Tuesday, March 6, 2012

The little yellow book – a cricketing bible

When little John Wisden launched his even smaller Almanack in 1864 he didn't know he was creating an institution - he thought he was establishing a nest egg for his retirement from a successful cricket career with Sussex……..it arguably started the modern fascination with statistics, and set the standards for their accuracy and presentation. 
                                                                                  Steven Lynch


Wisden 1864 - where it all began
Is the written word continually playing and missing? Are books, once the source of all knowledge, about to be dismissed after a well compiled innings? Has the new digital age seen them go the same way as cricket's grafters in a T20 world?

With the cricketing bible, Wisden, set to celebrate its 150th year in 2013, no declaration appears imminent. How is the little yellow book still relevant after such a lengthy knock?

Websites, blogs, forums, Twitter, television and digital radio, amongst a host of others, all provide a current state of play – they largely live in the here and now. No medium takes the cricketing enthusiast back to any match, or year, to live in the language of the moment with the same clarity as Wisden. The reader is exported back to a different time to imagine they are sitting in the crowd watching the combatants of the day. The innings’ of Dr. Grace, Bodyline or the Windies intimidation and dominance of the ‘80s and ‘90s are held in print for a lifetime; not embellished into legend when passed down by generations.

With the 149th edition due out in April, the Wisden Cricketers’ Almanack is the longest running sports annual in history, and is in the process of developing an Indian edition to cater to the world’s largest cricket market. Given the demise of the Australian Almanack, or ‘Ozden’, after eights editions when Australia was the game’s dominant force, the Indian launch will be a test of Wisden’s appeal outside of the United Kingdom. Wisden has survived two world wars, the brink of bankruptcy, paper rationing and ownership changes – how many other publications can lay claim to such resilience? The 1864 edition stretched out to just 112 pages – 2011 tipped the scales as a 1672 page tome.

Surprisingly, Wisden has had just 16 editors in its storied history but each has left their own mark on cricket’s bible. Most recently, Tim de Lisle, Wisden’s only one-off editor, oversaw the cover design change from the traditional woodcut to a photograph for the first time – the shot of a triumphant Michael Vaughan is still a topic on Wisden forums a decade later. Similarly, Scyld Berry’s decision to name four cricketers of the year broke a Wisden tradition that’s existed since 1926, barring the years through World War Two when little competitive cricket was played. In his defence, allegations of corruption and pending trials forced his hand, though he did induct the first Bangladeshi and Irishman into Wisden’s illustrious list.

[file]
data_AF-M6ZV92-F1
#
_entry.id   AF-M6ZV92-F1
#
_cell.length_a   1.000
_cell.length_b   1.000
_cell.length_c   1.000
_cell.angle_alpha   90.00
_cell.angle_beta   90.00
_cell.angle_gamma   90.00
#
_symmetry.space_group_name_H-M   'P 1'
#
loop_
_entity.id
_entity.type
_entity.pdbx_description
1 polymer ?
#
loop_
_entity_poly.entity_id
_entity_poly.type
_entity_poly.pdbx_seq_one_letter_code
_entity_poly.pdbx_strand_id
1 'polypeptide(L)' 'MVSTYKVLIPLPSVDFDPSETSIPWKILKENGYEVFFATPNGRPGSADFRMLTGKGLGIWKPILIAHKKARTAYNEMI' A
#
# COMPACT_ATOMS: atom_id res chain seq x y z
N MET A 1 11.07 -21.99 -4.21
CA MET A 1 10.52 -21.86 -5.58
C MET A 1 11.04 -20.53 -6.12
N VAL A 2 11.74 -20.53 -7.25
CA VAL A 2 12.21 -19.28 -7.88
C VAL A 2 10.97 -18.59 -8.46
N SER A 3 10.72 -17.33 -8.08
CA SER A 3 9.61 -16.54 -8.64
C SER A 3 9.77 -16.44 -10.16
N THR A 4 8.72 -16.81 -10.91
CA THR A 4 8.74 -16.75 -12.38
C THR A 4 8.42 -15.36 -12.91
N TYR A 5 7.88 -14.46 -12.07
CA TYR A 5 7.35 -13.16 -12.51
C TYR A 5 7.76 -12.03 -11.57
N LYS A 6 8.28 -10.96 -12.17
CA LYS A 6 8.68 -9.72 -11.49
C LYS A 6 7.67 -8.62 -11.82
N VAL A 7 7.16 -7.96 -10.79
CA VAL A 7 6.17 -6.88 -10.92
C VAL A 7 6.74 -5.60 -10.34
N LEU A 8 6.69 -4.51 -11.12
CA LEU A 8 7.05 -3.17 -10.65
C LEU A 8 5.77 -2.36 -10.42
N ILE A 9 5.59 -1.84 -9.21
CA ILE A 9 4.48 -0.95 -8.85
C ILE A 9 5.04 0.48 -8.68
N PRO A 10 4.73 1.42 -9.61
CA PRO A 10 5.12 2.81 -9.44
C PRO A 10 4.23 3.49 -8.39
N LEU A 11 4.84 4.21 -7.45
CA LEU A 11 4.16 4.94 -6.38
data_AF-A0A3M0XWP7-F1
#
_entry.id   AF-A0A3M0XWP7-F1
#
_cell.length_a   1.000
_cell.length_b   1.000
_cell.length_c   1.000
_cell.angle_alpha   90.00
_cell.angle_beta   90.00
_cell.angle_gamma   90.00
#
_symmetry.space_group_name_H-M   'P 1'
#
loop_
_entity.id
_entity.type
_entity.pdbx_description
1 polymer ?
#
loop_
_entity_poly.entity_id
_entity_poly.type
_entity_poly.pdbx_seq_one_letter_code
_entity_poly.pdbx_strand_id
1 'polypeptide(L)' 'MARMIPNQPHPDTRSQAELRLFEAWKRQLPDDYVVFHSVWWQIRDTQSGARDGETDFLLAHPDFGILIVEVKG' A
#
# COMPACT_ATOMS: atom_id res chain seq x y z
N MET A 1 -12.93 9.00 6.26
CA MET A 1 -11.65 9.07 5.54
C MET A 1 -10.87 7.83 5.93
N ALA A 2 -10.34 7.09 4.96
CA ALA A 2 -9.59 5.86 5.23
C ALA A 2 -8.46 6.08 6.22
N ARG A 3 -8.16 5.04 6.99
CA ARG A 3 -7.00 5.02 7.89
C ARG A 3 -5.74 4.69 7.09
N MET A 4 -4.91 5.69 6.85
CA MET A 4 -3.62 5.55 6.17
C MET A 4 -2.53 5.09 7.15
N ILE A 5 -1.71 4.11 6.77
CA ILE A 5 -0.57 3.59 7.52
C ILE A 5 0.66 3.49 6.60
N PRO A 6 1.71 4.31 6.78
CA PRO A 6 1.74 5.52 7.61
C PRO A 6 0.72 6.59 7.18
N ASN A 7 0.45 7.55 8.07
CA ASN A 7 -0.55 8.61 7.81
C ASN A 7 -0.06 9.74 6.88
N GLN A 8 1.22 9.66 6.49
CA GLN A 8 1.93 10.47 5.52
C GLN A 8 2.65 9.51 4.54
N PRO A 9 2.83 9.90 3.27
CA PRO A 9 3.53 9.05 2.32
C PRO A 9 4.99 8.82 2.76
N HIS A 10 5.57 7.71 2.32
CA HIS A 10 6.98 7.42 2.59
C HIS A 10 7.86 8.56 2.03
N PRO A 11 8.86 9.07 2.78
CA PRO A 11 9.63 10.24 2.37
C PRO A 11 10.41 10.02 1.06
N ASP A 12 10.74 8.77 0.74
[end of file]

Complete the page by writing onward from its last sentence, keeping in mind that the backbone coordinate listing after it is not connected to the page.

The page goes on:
What’s the allure of a cricketing annual? Why do cricket fans purchase the latest Wisden with an almost religious obsession, while others trawl websites and bookstores the world over in pursuit of editions from a bygone era? Wisden is something of an institution among cricket tragics – an unwritten rite of passage. Diverse cricketing arguments are settled with ‘Wisden says…..’ – it’s not a statement many can overcome. More than that, cricket’s bible transports readers of any age back to an earlier time, many long forgotten, in the language and journalistic style of the day – it’s as much a history lesson as a journey down cricket’s winding road.

On occasion, the little yellow book has veered from its purely cricket mantra. The early years mentioned the dates of the battles in the English Civil War, winners of The Oaks (horse racing) and the rules of quoiting, among many others, alongside a swathe of cricket and in 1917, at the height of Britain’s involvement in the First World War, a special ‘Deaths in War’ section was added to commemorate the untimely deaths of young soldiers – there was little cricket to report on at home. However, such instances are more exception than rule – Wisden has set the standard for writing and statistical analysis that has influenced cricket scribes for generations. The question is whether it will continue to do so as those raised on books are surpassed by the instant-gratification generation reared on a diet of technology? How much time will pass before the Wisden Cricketers’ Almanack becomes as eBook?

This post is not a definitive Wisden history, or a how to guide – it doesn’t even scratch the surface. It is one man’s short account of his love of the cricketing bible, and what its future may hold. I’ll leave the detailed comment and dissection to the experts and historians but if you love cricket get your hands on a Wisden from any era and be transported back to another time – you will never regret it, though your bank balance may.

My facts come from reading and discussing the history of cricket’s most famous book with others throughout the cricketing world. If my research is wrong or contentious, I’d love to hear from you. Post a comment below or tweet me @aotearoaxi – for me the discussion is one of the best parts of being a Wisden collector.

Next edition: The Wisden addiction – one man’s story: how a cricket-loving Kiwi got bitten by the bible’s bug.

1 comment:

  1. oh I am starting to like your blog because in every post so far, I have found good recommendations on cricket books to read

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